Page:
It was a holiday in Italy yesterday – Liberation Day. To celebrate the day off work and school a big group of friends and strangers including many children took a hike around Lake Nemi, just south of Rome, led by a young agronomist called Mattia. We thought we would be walking 10 km with lunch in the middle. The calculations were slightly off. Instead, we walked for 12 km before we came to the agriturismo where Mattia’s friend Gino was preparing our lunch.
Lunches like this one are the best part of living within a food culture. There were 12 children in our group and even more adults, but no one ever asked us any questions about what we wanted to eat or whether or not we had any dietary restrictions. Instead, our table was laid and ready for us when we dragged ourselves up to it. There were jugs of water and jugs of the local red and white wine, bowls of black olives and plates of bread that had been toasted on the fire and then drizzled with olive oil. For the first course we ate two kinds of pasta (one with tomatoes and mozzarella, the other with tomato sauce cooked with a little bit of crumbled beef) followed by sausages stuffed with dried berries that grow in the area, fennel seed and rosemary, as well as chicken stewed with tomatoes and salad. After, we had fresh ricotta with apricot jam. Everyone enjoyed the meal.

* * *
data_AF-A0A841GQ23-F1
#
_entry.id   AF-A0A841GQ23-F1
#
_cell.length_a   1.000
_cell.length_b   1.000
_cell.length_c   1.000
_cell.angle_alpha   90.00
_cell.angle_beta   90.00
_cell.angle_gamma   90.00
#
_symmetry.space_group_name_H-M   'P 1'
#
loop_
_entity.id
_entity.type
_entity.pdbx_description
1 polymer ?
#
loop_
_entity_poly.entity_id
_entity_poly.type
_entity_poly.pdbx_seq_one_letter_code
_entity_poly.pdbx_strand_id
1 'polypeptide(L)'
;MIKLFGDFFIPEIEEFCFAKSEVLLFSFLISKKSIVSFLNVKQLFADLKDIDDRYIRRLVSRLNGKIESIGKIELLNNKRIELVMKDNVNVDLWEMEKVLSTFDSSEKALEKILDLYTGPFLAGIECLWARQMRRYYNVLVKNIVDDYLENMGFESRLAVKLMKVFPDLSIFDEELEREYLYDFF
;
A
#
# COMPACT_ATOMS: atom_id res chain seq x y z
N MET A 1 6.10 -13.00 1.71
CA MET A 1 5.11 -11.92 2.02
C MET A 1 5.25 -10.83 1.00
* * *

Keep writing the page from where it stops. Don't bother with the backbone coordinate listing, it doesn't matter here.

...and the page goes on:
After spending the last two weeks in Canada, where everyone seems to have dietary restrictions, personal preferences and political food issues, it was a relief to eat a communal meal with so little fuss (I love you all, my friends, but eating with you is becoming more and more complicated). The children ate a little of everything and then were excused to play among the ancient ruins of the Temple of Diana while the adults took their espresso at the table and grilled Mattia on just how long was the hike back to Genzano, where we had left our cars.
During the post-lunch six km hike uphill through stinging nettles and along narrow paths, my friend Andrea and I talked a little about how shared meals like this one serve to unite a group. There’s something about passing the platters and collectively trying to figure out the unusual and delicious taste of the sausages (which turned out to be the berries) that gets conversations flowing.
I’m only sorry that I forgot to bring my camera.